Where Should We Take You?

Several years ago, partner Martin Postic, Jr. faced an issue common in elder care: when your family requires assisted-living or skilled-nursing care, where should you take them? Read about his experience below.

My father was a fiercely independent person. At age 84, he was fully mentally competent and able to care for himself and his home. But one day while he outside trimming his hedges, he fell and broke a hip. Hip surgery went smoothly, and we thought he was set to come home in a few more days. Then, his care manager told us that he would need to spend thirty days in a skilled nursing center to rehabilitate. So I had to ask my dad a difficult question: "Where should we take you?"

The choice wasn't made any easier by the fact that I had only three days to find an acceptable skilled nursing center. At minimum, I needed to find a place (a) that had the expertise to take care of my father; (b) that my father would feel comfortable living in; and (c) that I would feel comfortable entrusting with my father's care. In spite of the short notice, I found a facilitate that—on its face—looked great, so we moved my father in and thought everything would be fine. After all, what could go wrong?

Apparently, a lot. During his stay, he discovered that one of his nurses was "skimming" pills. One day, she gave him his evening medicine—but when he counted the pills, one was missing. When he asked about it, the nurse said, "Oh, you already took that one." My father was a sharp guy; he knew that the nurse had not given him the correct number of pills. We reported the nurse, and it turned out that for months she had been using a similar scheme on other patients. She was eventually fired.

Another day, my father returned to his room from a meal to find a naked, elderly woman in his bed. She thought it was her room. There were many problems like this throughout my father's stay, and it was clear that the management of the center lacked competence. More than any single event, however, what upset my father the most was having to deal with the smell of the place, the noises, and the vacant stares from other residents there. Although that's often just the way things are in a long-term care facility, it doesn't make it any easier on the patient. My father couldn't get out of that place fast enough.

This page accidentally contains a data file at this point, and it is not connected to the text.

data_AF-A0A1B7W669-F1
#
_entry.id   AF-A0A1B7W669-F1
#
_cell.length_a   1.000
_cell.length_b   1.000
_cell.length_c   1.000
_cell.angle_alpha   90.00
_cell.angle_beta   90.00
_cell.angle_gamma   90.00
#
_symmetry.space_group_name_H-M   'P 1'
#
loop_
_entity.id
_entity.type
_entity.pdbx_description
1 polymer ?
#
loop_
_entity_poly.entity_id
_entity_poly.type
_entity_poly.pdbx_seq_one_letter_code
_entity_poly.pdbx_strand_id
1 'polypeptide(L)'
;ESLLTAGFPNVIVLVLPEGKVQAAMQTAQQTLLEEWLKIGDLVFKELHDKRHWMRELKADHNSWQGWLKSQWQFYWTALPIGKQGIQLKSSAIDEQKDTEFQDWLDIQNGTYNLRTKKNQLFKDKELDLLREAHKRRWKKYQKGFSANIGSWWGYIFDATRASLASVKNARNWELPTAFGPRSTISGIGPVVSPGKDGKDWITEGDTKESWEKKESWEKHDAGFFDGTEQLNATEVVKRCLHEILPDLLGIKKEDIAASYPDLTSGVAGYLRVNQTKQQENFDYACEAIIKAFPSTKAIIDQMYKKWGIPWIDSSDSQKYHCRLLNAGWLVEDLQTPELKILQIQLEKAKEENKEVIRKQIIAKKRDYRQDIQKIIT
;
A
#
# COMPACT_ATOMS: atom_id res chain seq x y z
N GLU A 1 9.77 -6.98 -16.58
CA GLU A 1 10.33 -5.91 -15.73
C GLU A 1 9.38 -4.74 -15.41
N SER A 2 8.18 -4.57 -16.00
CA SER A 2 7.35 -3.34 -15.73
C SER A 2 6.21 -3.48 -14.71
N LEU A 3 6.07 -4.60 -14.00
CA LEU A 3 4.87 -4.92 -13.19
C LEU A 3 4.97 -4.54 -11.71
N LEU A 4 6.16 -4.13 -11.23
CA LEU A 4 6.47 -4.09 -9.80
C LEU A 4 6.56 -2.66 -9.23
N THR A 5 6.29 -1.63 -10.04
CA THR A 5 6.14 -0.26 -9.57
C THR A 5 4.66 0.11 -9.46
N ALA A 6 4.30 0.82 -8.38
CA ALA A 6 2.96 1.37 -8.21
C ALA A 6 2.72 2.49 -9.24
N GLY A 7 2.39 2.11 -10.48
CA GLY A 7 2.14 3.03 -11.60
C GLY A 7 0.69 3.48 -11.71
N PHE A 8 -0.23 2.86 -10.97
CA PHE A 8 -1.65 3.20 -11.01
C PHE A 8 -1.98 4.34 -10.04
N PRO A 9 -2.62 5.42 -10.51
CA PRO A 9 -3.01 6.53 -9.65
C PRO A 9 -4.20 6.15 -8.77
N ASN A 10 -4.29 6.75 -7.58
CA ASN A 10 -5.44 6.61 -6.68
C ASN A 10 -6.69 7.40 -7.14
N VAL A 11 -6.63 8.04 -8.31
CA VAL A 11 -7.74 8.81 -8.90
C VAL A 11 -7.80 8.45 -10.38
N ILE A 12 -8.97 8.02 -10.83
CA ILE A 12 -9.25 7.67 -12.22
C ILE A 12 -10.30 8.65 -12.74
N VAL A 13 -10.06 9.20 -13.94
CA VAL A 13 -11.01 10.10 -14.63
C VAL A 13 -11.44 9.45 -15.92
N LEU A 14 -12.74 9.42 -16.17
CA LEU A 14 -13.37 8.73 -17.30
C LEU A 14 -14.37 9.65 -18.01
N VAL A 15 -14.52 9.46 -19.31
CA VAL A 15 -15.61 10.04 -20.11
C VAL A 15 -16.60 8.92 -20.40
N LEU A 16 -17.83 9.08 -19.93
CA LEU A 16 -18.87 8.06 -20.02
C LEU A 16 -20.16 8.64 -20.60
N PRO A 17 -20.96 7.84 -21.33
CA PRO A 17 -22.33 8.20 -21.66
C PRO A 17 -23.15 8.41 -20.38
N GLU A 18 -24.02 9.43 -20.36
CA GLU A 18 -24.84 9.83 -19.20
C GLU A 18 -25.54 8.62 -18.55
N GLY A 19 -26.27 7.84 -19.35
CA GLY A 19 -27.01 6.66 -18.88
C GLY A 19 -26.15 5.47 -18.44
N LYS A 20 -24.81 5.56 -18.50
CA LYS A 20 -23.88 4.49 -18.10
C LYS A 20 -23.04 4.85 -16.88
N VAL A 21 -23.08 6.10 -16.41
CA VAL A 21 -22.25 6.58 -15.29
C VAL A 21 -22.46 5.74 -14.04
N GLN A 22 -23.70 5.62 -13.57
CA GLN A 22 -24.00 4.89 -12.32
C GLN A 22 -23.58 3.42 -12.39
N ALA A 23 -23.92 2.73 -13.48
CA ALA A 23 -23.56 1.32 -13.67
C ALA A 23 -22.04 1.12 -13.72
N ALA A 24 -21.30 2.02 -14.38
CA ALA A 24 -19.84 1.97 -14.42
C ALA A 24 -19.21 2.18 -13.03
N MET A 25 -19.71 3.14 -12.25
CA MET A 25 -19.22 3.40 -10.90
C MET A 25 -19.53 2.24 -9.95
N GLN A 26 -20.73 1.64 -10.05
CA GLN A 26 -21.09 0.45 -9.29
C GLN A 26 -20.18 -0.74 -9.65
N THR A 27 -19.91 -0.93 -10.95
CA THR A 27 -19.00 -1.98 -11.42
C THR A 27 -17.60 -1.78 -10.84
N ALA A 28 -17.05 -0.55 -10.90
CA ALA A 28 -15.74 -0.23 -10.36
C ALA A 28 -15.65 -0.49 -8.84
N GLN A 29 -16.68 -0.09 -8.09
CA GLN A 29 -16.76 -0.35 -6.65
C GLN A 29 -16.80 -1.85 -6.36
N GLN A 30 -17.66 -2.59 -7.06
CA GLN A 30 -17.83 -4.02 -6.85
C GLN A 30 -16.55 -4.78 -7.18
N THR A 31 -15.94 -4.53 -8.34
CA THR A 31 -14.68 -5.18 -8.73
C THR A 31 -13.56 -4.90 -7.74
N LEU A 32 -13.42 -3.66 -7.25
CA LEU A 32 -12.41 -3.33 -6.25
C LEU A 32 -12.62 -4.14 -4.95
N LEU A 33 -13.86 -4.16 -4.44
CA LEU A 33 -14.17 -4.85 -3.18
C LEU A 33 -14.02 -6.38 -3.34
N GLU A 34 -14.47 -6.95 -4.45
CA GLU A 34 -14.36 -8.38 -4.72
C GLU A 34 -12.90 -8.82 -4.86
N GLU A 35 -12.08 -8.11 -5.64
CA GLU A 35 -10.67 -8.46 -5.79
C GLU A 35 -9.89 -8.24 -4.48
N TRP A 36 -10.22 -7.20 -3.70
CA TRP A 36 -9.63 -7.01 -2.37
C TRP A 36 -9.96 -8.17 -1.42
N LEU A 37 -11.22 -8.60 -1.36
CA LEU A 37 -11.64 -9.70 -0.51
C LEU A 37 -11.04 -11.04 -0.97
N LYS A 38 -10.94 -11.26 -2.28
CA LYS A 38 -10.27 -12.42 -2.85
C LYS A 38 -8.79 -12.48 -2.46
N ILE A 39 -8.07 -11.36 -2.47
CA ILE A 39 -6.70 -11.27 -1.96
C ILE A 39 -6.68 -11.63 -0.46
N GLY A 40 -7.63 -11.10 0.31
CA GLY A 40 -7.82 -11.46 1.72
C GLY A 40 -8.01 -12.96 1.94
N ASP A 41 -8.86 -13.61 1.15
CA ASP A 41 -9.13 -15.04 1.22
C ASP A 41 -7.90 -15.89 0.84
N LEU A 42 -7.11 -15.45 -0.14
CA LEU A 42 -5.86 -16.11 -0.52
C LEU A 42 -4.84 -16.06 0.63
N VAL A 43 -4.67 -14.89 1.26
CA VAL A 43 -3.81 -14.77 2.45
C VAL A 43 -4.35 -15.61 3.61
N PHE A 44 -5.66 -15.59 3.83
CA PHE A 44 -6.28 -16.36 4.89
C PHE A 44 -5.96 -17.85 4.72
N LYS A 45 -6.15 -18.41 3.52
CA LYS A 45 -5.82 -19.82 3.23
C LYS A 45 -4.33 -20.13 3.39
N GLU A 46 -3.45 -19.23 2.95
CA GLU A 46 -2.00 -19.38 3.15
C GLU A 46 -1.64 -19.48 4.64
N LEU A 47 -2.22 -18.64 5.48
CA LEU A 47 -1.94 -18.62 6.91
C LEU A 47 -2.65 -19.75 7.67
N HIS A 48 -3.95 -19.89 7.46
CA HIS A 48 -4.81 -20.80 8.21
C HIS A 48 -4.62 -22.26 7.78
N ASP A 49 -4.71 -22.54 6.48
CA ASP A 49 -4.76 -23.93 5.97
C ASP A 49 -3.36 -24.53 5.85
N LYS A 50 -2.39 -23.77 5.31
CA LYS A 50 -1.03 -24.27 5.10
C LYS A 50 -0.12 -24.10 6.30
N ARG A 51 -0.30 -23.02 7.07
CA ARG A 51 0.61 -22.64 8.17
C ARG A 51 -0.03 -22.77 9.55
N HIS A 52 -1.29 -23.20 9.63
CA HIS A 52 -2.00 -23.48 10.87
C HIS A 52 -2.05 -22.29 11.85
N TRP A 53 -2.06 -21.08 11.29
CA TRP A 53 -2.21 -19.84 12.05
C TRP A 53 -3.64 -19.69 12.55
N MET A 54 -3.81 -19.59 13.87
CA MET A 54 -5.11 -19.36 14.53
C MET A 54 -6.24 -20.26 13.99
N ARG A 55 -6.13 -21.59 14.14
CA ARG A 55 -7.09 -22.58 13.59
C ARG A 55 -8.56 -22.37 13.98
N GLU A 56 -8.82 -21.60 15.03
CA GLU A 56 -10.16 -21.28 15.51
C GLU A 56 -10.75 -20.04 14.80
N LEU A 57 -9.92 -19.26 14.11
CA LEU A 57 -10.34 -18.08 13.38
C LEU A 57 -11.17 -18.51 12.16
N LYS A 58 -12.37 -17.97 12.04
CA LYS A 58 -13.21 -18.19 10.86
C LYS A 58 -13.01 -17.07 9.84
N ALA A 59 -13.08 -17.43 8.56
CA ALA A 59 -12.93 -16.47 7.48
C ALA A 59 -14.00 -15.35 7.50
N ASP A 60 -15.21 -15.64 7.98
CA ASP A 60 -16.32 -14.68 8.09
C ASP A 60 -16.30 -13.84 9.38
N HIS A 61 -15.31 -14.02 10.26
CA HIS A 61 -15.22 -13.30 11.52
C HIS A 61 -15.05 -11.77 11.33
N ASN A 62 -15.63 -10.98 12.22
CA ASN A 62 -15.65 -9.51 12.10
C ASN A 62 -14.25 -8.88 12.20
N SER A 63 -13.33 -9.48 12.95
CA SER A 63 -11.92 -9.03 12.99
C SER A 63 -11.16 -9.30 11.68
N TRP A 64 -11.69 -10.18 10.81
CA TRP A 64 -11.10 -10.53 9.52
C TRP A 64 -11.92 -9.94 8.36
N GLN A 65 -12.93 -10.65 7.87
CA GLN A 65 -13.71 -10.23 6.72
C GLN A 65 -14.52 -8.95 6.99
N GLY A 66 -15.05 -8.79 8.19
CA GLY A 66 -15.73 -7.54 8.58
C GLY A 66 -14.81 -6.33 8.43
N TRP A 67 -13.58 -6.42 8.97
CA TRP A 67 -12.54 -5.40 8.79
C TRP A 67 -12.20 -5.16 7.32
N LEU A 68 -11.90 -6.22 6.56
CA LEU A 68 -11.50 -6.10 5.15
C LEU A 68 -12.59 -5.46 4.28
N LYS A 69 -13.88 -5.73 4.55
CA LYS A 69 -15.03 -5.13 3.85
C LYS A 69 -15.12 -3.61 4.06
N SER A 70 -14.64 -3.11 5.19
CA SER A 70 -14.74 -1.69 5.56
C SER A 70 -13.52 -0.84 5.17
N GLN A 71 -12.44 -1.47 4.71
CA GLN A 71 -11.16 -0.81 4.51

Based on this experience, I always recommend that my clients keep a "short list" of places they wouldn’t mind living, if the need ever arises. Often, "Plan B" is to live with a child. ("Plan A," of course, is to stay in your own home.) But what if those options are not available? What if, after a period of living with a child, that arrangement is no longer convenient or bearable? What do you do? If you have researched retirement centers, nursing homes, assisted living centers, and memory-care facilities in your area (or in the area where you intend to live), you will be better prepared should the need arise to make such a move.

Talk to friends, neighbors, and other acquaintances; ask any nurses, physical therapists, or other health care professionals that deal with elderly patients; get as much advice, input, and experience as you can. Often, people can share stories like mine to let you know potential problems you may encounter at a facility that may make it undesirable to you. Even after you have prepared your "short list," I suggest that you re-evaluate it regularly. Management of these facilities changes, the physical facility often deteriorates over time, and new options become available. Think of it like buying a house: where do you want to live?

By making this list, you can avoid the anxiety of you and/or your family needing to make last-minute decisions regarding your care, whether short-term or long-term. Don’t leave such an important part of your estate planning up in the air. Discuss the issue with your family and add it to your letter of instruction. You’ll be very glad you did.

To discuss legal options regarding estate planning and elder care, contact Postic & Bates today and schedule a free, no-obligation consultation appointment.

[As with all our posts, the contents of this article do not constitute legal advice and are subject to our site-wide disclaimer.]